For those who don't know him, Rafa Bravo is the Director of Special Projects at RSM Mexico who has been part of RSM for more than 11 years. Outside of work, Rafa has also been dedicated to the sport of open water swimming for 25 years.
In 2020, when he decided to take part in the Triple Crown (which is marathon of swimming challenges consisting of three important open water swims), we realised that accompanying him on his journey of courage and discipline would also be a great learning and teamwork experience for all of us. Following his every stroke, we watched him complete the challenging 20 Bridges of New York swim in 2021, teaching us about the power of resilience and how to adapt to an ever-changing environment.
On 7 July 2022 at 11 pm, Rafael began his attempt to cross the Santa Catalina Channel in California, seeking to complete the second leg of the Triple Crown. After four and a half hours (12.2 km) of swimming at a good pace, he suffered from severe dehydration, preventing him from moving forward and, for health and safety reasons, decided to withdraw from this challenge.
“Although at first, I wanted to continue despite the conditions in which I found myself, the best thing for me was to abandon the swim. Someone once told me, ‘if the sea can sink ships, imagine what it can do to you’. Yet, the truth is that resilience always wins, as well as the desire to try it again. I learned much more from this swim than from any of my successful swims,” said Rafa Bravo a few hours after leaving the water on 8 July. In life, and in the accounting profession, it is rare to achieve success without learning from adversity.
After not being able to complete a swim for the first time in more than two decades, Rafa has his sights set on 2023 to try it again. I approached him to talk about Santa Catalina and what he learned from his experience.
Now that a few weeks have passed since Santa Catalina, what happened?
Rafa: A bad last-minute decision turned into a big mistake as the hours passed. These swims only allow for 30-second breaks to take in supplies of carbohydrates, and electrolytes, to avoid the risk of hypothermia. Normally, I would take the supplies in an equal 1:1 ratio (carbohydrates to electrolytes), but this time, due to the demands of the swim, my coach suggested changing it to 3:1. I knew my body wasn't used to that, but I gave in. That was my mistake, not trusting my inner voice. Two hours into the swim, I began to vomit continuously. Despite this, I continued swimming for another two and a half hours, which caused me severe dehydration.
What went through your mind when it became clear that you had to make that drastic decision?
Rafa: Two hours into the swim I began to feel bad and used all the mental and meditation techniques that I have practiced during these months of training: introspection, visualisation, talking to myself, I even started to sing. I continued swimming as I felt my arms and legs cramping, my muscles going numb, and I began to feel the temperature change in my body - the warning signs of hypothermia. My strokes dropped from 58 to 42 per minute, and my heart rate went up. While it is true that you must learn to read the signals of the sea to adapt your swim, you must also read your body’s signals. At that moment, I understood that the only expert on me is me, and no one can change that. Those two hours of resilience and continuing to fight gave me the opportunity to make peace with the idea of abandoning the swim for my integrity and safety, it is one of the most extreme sports practiced in the world after all.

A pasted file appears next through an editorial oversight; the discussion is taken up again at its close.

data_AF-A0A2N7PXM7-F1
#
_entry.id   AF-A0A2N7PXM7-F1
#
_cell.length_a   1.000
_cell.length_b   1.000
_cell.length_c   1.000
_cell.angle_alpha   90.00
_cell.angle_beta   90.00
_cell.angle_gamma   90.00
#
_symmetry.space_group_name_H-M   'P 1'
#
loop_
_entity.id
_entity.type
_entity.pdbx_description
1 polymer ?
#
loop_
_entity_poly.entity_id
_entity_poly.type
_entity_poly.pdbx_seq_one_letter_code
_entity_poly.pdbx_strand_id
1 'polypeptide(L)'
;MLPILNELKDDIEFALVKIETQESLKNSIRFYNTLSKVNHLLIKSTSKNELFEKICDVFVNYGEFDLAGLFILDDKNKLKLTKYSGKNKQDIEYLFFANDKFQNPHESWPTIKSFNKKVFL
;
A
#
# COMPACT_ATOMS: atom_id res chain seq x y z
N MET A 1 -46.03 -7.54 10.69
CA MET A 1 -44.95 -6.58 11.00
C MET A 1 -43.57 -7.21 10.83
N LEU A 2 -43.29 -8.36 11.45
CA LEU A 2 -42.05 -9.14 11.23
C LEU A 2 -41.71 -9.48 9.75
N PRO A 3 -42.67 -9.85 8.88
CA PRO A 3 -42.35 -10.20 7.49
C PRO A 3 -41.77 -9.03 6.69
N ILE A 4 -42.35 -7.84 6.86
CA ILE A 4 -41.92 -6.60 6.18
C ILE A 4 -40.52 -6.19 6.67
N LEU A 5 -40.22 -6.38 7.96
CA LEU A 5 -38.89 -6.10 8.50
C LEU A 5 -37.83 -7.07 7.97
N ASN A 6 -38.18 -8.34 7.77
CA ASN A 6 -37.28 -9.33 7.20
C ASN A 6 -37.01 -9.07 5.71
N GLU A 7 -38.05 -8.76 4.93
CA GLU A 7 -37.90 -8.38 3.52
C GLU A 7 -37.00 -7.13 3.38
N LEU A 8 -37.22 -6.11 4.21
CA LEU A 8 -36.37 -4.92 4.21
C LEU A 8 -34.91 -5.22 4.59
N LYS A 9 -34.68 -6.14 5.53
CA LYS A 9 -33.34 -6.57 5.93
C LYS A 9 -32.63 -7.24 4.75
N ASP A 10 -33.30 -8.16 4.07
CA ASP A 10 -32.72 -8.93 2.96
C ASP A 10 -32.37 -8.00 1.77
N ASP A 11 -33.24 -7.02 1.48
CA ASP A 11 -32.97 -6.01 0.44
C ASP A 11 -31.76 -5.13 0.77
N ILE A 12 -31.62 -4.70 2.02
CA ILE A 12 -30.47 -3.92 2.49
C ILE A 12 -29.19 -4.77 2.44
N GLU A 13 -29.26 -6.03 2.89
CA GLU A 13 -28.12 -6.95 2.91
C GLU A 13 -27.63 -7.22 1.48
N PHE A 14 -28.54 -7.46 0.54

What was your internal experience swimming in the sea at midnight?
Rafa: The sensation of swimming at night is something unmatched. When swimming normally, I feel almost as if I am flying; in the midst of the immensity of the ocean and total darkness, I felt defenceless but at the same time unbeatable. At the beginning, there was a crescent moon and I could only see the small light of the kayak that followed me. By 1 AM in the morning, it was total darkness. Despite feeling very bad, I was able to swim those last two hours thanks to the mental strength I had inside and the emotional power that comes from swimming in the dark in an uncontrollable environment. It was then that I understood my mistake would be totally under control next time. Yes, next time. Because I am convinced that life gives you second chances. It was a decision made from critical thinking, maturity, and good sense.
After this experience, what do you consider to be the key to overcoming obstacles?
Rafa: In the end, it all comes down to “Win or learn, never lose”. This swim has given me a huge learning experience in every way: physical, mental, maturity, and fellowship. Seeing you all smiling and hugging me after the swim, saying "Let's go for 2023", helped me confirm that everything I had processed in the middle of the sea the night before was true and that it was the best decision. The confidence of making a mature and honest decision gives you the strength to move forward and overcome obstacles.
Sport can give us great lessons to use in our personal, professional, and business lives. Rafa's experience shows us that sometimes it is okay to try and fail; it is the courage to pick yourself up and try again that truly counts. If you are fortunate enough to be accompanied by a team that supports you and encourages you to move forward, even better. A group of Partners and colleagues from RSM Mexico, RSM US, and RSM Latin America travelled to Los Angeles to support Rafa and wish him the best of luck during this feat. "The mere fact of having tried makes Rafa a winner," said Alfonso Elías Bornacini, President of the Board of Directors of RSM Mexico. ““Anything worth achieving comes with challenges and overcoming those challenges makes us stronger. The courage to persevere is what sets us apart. Let’s go for 2023, Rafa!””, commented Eileen Turkot, Regional Leader of RSM Latin America.